All posts by Jose Ramos

Local Adaptations and Signal Function in Sympatric Lizards

Figure 1 - Long-nosed (Gowidon longirostris) dragon performing a territorial.

Figure 1 – Long-nosed (Gowidon longirostris) dragon performing a territorial.

In the Greater Antilles, lizard radiations have produced the same suite of ecomorphs on different islands as a consequence of adaptations to similar environments. In the same way, species that use motion-based signals, and occur in sympatry, would be expected to develop similar adaptations to enhance signal efficacy as they are frequently exposed to the same environment (e.g. background noise). Additionally, sympatric species often develop mechanisms to ensure they can distinguish between conspecifics and heterospecifics, particularly if they are closely related. This means that potentially opposing selective pressures might be at work for such systems.

Agamid lizards are widespread across the Australian mainland, and species distributions regularly overlap, especially in arid and rocky habitats. We analysed the motion-based signals of two pairs of sympatric species of Australian agamids to consider how they maintain reliable communication, while at the same time they avoid misidentification during signalling interactions. We calculated the speed distributions of the motion produced by lizard signals, and also by the environment (i.e. background noise). We then compared these two sources of motion to obtain a measure of signal-noise contrast, which indicates how much the signals stand out from the background and is therefore a proxy for signal efficacy (see Ramos & Peters 2017a).

The ring-tailed dragon (Ctenophorus caudicinctus) and the long-nosed dragon (Gowidon longirostris; Figure 1) are often found in sympatry in south Northern Territory and southeast Western Australia, around gorges and rocky outcrops. We recorded territorial displays at West MacDonnell National Park, in Northern Territory. The two species differed in display complexity (example of displays by all four species) and motor pattern use, as well as overall morphology (Figure 2). Interestingly, the speeds produced during their displays (Figure 3) and their signal-noise contrast scores were strikingly similar. Not only that, but their scores indicate that the signals from both species are highly effective in the context of the plant environment. These results demonstrate similar adaptations to their shared environment, while maintaining species recognition cues through morphology and overall display appearance.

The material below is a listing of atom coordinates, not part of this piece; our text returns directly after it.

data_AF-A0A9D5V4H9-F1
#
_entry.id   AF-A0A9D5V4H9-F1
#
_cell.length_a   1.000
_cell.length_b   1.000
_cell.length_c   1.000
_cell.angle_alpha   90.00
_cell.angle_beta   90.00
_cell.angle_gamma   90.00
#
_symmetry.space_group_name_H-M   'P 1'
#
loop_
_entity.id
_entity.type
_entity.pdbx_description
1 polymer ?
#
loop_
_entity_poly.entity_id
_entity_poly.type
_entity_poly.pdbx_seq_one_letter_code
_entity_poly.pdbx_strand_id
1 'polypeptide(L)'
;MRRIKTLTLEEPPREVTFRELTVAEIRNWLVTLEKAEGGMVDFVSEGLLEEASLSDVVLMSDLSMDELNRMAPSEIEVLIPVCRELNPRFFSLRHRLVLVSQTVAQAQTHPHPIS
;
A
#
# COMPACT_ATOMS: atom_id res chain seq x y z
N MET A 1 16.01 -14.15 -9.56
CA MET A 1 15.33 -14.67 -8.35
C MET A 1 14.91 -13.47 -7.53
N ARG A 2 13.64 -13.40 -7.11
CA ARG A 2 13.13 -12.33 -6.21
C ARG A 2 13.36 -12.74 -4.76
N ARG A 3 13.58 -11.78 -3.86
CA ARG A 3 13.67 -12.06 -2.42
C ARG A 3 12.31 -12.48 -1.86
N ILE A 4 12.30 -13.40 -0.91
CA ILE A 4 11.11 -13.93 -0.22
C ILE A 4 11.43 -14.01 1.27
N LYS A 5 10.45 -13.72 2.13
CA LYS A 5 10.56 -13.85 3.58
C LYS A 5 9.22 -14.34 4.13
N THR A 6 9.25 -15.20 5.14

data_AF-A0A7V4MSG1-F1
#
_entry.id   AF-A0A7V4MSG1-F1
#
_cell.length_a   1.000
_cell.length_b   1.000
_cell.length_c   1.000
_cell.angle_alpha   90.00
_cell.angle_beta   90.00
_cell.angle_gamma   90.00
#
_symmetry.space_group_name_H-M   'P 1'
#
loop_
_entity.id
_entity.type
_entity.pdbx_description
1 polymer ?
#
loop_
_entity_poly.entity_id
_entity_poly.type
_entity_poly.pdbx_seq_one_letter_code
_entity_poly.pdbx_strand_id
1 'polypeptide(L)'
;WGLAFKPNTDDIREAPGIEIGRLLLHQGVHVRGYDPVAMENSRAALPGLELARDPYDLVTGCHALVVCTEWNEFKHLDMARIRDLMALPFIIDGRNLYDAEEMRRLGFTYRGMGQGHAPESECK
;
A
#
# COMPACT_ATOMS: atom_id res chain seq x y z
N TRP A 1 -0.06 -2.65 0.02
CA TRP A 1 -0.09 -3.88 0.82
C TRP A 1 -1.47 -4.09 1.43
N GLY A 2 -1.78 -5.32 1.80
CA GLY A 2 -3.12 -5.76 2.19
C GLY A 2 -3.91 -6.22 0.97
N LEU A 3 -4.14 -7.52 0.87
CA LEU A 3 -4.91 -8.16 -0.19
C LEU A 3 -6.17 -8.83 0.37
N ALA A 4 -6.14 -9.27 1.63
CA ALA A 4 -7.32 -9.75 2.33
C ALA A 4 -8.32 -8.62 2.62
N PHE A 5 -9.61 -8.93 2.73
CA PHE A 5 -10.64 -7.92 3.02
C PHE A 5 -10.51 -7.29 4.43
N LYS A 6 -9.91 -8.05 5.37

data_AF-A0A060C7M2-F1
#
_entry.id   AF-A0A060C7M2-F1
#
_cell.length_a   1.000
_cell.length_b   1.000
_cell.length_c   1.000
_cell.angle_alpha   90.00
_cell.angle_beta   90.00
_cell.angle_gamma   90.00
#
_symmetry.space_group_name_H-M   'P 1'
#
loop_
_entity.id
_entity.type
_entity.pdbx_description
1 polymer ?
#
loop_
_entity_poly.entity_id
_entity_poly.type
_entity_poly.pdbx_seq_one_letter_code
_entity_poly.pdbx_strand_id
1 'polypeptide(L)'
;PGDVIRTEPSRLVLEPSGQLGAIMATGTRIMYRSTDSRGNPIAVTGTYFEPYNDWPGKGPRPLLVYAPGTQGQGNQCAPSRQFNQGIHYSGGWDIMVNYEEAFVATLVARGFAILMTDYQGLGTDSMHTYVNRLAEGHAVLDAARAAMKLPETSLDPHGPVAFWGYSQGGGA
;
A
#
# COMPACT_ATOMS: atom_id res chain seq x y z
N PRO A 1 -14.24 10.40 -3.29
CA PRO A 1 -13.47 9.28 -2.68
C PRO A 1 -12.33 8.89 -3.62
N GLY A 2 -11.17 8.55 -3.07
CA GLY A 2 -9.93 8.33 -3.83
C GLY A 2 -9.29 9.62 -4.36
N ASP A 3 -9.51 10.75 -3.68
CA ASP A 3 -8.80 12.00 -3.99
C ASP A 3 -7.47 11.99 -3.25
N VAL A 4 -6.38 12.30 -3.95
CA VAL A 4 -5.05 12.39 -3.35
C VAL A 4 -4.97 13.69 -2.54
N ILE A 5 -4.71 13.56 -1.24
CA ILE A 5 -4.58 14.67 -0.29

The core motor patterns refer to HB = head bob, LW = limb wave, PU = push up, TC = tail coil, and TF = tail flick (Ramos and Peters 2016). Ctenophorus caudicinctus has been observed performing limb waves, but this motor pattern is not present during its territorial displays. (Figure adapted from Ramos & Peters 2017 Journal of Comparative Physiology A)

Figure 2 – Habitat, average snout-vent length and known repertoire of core motor patterns for both species pairs. The core motor patterns refer to HB = head bob, LW = limb wave, PU = push up, TC = tail coil, and TF = tail flick. Ctenophorus caudicinctus has been observed performing limb waves, but this motor pattern is not present during its territorial displays. (Figure adapted from Ramos & Peters 2017 Journal of Comparative Physiology A)

The military mallee dragon (Ctenophorus fordi) and the painted dragon (Ctenophorus pictus) are very common in arid and semiarid sandy areas of northwest Victoria, South Australia, and southwest Queensland. We recorded displays at Ngarkat Conservation Park in South Australia, where they are often found in sympatry. These two species are much closer in appearance, but their display complexity and motor pattern use were just as contrasting as in the previous pair of lizards (Figure 2). In addition, the speeds produced during their displays and their signal-noise contrast scores were considerably higher in the painted dragon (Figure 3). We suggest this difference is related to the lack of territoriality in mallee dragons. This species is not known to protect territories or perform aggressive displays, so the motivation to produce conspicuous signals is likely to be reduced compare to its territorial relatives.

Figure 2 - Comparisons of the motion speed distributions for all species. Kernel density functions for a) Ctenophorus caudicinctus (red) and Gowidon longirostris (black), and b) C. fordi (red) and C. pictus (black), averaged within species. (Figure adapted from Ramos & Peters 2017 Journal of Comparative Physiology A)

Figure 3 – Comparisons of the motion speed distributions for all species. Kernel density functions for a) Ctenophorus caudicinctus (red) and Gowidon longirostris (black), and b) C. fordi (red) and C. pictus (black), averaged within species. (Figure adapted from Ramos & Peters 2017 Journal of Comparative Physiology A)

In this study we were able to show that the ring-tailed and long-nosed dragon perform displays with almost identical motion speed distributions and signal-noise contrast scores, despite utilising very different territorial displays (see Ramos & Peters 2017b for more details). In the case of the other sympatric pair, motion speed distributions and signal-noise contrast scores appeared to be much higher in the painted dragon than in the non-territorial mallee dragon. This difference in social behaviour could be key to explaining why the signals of the sympatric C. caudicinctus and G. longirostris seem equally well adapted to their local environmental noise, as evidenced by their equally high signal-noise contrast scores, but the signals produced by C. fordi and C. pictus do not. Thus, the selective pressure to generate signals with high efficacy appears to be mediated by signal function, at least in this context.